Cultural Capital section | Georgian Era Figures [1714-1837]

Grantley Berkeley [18001881]
Writer & Social Commentator

The aristocratic failed novelist turned nonfiction writer spent summers on the coast locally for decades, and chronicled its early days as a resort.
The Honourable Grantley F. Berkeley MP, author of at least 9 books, was a colourful, eccentric leading figure in local society when the area was just developing as a spa-resort and in his memoirs wrote a less-than-reverent account of its emerging upper-crust society at a time when Victorian sensibilities were supplanting Regency ones.
Although MP for Gloucester for two decades from 1831, around 1830 he established a summer seaside residence in the Mudeford-Highcliffe area, occupying Beacon Lodge, on the clifftop just east of Highcliffe Castle (then still being built). He did not own it - it was rented by other VIPs such as the Bishop of London in 1837, but he seems to have spent most summers here for at least two decades (presumably when the Commons was in recess). Later he retired to Alderney Manor in Poole.
As he is not well-known, we have a separate feature page up on GFB, here.

Mary Eleanor Bowes [1749-1800]

Mary Eleanor Bowes was a Bournemouth resident 1798[?] -1800 at Stourfield House [demolished 1991, plaque on new bldg Douglas Mews].
Countess of Strathmore and one of England’s wealthiest heiresses, MEB died here after a notoriously unhappy marital life, a situation best known as the inspiration for Thackeray’s 1841 novel Barry Lyndon. The model for the novel’s opportunistic fortune-seeking scoundrel was her 2nd husband, who held her in miserable capitivity; when finally able to break free after a public scandal, she retired to a house on Stourfield Heath. She was something of a writer herself, first of a verse drama The Siege of Jerusalem, and then of her Confessions. Though there was more public interest in the latter, the former work got the Countess, an ancestor of the present monarch, a tombstone in Westminster Abbey’s Poets' Corner.
As she and her local links are not that well-known, we have a separate feature page up on MEB, here.

Sarah Frances Drax Grosvenor [1788-1822]
Amateur Playwright & Sketch Artist

A family summer home, Cliff Cottage, was built on the Westcliff pre-1815; it and the road named after it [Cliff Cottage Rd] are now part of the Bournemouth International Centre site.
SFD, otherwise Mrs Richard Drax Grosvenor, heiress to the Charborough estates, wrote a satiric sketch, an amateur-theatricals playlet which is historical interest for the clues it offers about early Bournemouth society at the time of Waterloo. "A Peep Into Futurity..." provides a portrait of Bourne circa 1815, soon after the Tregonwells and other “first familes” had moved in. Written under the pen-name "Meg Merilees" (a gypsy character in the 1815 Sir Walter Scott novel Guy Mannering), it survived in handwritten form (with pen’n ink sketches), and was transcribed and quoted in town histories.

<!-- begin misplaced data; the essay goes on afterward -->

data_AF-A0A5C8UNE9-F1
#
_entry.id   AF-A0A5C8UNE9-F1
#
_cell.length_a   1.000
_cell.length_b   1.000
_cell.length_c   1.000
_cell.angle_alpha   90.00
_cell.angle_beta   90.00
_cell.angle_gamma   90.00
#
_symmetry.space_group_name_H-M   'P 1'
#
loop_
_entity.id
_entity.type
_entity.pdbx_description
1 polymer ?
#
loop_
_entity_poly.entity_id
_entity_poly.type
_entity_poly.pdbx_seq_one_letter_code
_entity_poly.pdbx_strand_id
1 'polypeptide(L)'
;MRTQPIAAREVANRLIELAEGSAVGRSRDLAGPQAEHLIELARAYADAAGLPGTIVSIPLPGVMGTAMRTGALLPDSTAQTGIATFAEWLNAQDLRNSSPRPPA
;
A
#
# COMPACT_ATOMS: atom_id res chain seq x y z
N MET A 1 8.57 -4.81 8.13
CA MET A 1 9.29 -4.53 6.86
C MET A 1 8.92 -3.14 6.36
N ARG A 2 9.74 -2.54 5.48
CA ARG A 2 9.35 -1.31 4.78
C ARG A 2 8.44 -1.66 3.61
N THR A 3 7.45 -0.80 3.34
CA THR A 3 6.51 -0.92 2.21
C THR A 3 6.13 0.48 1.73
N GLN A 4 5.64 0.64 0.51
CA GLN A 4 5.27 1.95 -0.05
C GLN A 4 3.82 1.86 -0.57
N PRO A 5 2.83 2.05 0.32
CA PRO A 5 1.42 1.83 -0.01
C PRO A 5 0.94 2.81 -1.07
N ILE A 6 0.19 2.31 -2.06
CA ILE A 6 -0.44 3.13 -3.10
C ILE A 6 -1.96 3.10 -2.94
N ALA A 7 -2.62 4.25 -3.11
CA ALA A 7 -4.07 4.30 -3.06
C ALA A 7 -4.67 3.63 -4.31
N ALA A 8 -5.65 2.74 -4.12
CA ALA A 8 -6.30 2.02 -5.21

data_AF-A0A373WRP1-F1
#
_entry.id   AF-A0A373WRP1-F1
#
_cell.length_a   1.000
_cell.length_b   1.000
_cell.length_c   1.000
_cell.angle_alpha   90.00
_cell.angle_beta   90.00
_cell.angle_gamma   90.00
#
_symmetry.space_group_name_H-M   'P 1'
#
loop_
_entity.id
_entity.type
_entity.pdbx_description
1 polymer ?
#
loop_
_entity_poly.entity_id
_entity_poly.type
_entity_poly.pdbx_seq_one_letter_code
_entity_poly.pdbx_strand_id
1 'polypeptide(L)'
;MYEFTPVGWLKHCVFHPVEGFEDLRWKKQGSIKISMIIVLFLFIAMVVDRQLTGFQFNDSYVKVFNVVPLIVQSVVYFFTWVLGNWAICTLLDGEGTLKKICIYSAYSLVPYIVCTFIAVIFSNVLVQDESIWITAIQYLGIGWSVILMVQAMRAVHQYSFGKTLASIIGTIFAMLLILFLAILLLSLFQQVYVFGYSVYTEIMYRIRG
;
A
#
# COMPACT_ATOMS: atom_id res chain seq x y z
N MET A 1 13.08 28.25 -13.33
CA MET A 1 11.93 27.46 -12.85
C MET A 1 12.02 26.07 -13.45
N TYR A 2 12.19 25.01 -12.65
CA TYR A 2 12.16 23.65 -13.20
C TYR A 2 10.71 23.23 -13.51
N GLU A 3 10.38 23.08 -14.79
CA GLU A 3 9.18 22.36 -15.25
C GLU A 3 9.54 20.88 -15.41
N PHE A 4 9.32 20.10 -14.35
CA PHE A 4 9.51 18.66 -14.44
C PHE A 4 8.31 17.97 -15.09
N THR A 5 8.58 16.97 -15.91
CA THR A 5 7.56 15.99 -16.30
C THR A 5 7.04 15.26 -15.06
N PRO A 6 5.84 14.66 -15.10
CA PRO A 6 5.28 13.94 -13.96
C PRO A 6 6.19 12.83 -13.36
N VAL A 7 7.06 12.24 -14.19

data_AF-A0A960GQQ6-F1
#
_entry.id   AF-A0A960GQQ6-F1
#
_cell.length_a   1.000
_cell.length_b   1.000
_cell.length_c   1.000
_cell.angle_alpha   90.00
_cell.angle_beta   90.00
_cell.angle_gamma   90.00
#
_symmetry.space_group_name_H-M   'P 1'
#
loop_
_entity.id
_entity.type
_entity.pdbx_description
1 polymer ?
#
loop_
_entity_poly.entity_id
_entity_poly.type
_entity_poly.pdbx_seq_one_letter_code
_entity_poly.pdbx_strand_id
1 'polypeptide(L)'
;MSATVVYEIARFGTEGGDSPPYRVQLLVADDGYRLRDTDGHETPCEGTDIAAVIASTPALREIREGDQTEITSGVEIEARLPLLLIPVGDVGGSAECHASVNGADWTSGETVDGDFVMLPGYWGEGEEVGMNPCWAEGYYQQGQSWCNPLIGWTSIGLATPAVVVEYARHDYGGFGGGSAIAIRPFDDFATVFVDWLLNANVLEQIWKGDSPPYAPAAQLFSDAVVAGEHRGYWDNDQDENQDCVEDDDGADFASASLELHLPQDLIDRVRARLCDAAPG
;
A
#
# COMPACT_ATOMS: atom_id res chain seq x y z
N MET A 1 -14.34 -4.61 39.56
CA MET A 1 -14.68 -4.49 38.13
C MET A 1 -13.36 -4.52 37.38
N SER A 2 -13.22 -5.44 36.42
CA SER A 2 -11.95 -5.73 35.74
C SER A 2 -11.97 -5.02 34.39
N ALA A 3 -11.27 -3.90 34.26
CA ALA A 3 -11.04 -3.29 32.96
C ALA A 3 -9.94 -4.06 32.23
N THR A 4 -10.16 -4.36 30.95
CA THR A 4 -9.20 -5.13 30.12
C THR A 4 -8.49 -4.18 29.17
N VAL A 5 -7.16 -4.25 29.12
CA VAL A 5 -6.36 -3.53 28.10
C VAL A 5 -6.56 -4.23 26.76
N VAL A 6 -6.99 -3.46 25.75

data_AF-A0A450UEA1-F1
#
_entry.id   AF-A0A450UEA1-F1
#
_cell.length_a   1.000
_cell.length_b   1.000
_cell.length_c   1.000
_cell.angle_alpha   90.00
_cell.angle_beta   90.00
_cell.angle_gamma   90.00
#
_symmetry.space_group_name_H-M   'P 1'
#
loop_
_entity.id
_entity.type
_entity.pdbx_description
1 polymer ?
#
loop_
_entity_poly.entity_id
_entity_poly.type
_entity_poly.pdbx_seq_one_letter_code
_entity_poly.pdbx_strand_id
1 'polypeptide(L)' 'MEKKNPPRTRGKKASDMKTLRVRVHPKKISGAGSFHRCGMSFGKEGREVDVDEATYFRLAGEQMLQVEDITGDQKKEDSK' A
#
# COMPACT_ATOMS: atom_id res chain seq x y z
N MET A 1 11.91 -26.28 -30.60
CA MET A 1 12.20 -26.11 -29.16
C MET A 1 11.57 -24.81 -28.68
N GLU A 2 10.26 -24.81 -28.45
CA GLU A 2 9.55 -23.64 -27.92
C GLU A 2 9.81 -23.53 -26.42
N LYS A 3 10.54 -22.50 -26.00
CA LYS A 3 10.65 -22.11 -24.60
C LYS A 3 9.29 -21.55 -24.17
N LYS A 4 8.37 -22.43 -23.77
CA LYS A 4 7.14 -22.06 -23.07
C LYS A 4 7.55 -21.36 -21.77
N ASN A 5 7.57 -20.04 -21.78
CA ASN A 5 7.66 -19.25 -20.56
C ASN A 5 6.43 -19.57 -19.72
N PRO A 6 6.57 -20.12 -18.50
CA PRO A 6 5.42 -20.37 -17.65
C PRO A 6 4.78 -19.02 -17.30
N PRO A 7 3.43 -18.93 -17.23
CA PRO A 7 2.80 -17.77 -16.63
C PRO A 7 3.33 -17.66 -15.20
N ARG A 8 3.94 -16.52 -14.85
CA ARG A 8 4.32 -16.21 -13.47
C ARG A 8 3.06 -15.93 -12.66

Done in the fashion of the time as a private family entertainment, it is the first known literary or dramatic work composed and set in the new ‘marine village’ of Bourne, which in the 1840s would become ‘Bournemouth’.

Benjamin Ferrey [1810-80]

Benjamin Ferrey, F.S.A., F.R.I.B.A., was Bournemouth's founding architect.
Ferrey was born at Christchurch, the son of a Mayor of Christchurch. When his talent for drawing became evident, he was sent to London to study architectural draftmanship with the firm of Pugin, whose precociously talented son, Ferrey's friend and contemporary Augustus W. N. Pugin (1812-52) he would work alongside. Ferrey became a founding member of the Royal Institute of British Architects, and returned to his birthplace with his 1834 study Antiquities Of The Priory Church Of Christchurch, whose restoration both Ferrey and his friend Pugin worked on. He established his own architectural practice in London and, commissioned in 1836 by Bournemouth's major landowner Sir George Tapps-Gervis to develop his Westover Estate, he drafted a plan for a 'marine village'. The Bath Hotel and the Westover Villas were the immediate result, but some other features he drew up were never built. [See banner images at page top and bottom.]
He worked on many church buildings in Dorset and elsewhere and also designed the gateway and two chapels for Christchurch Cemetery. In 1861, he also wrote a memoir of his work with Pugin, documenting their work within the English Gothic revival movement.

Colonel Peter Hawker [1786 – 1853]
Sportsman and Author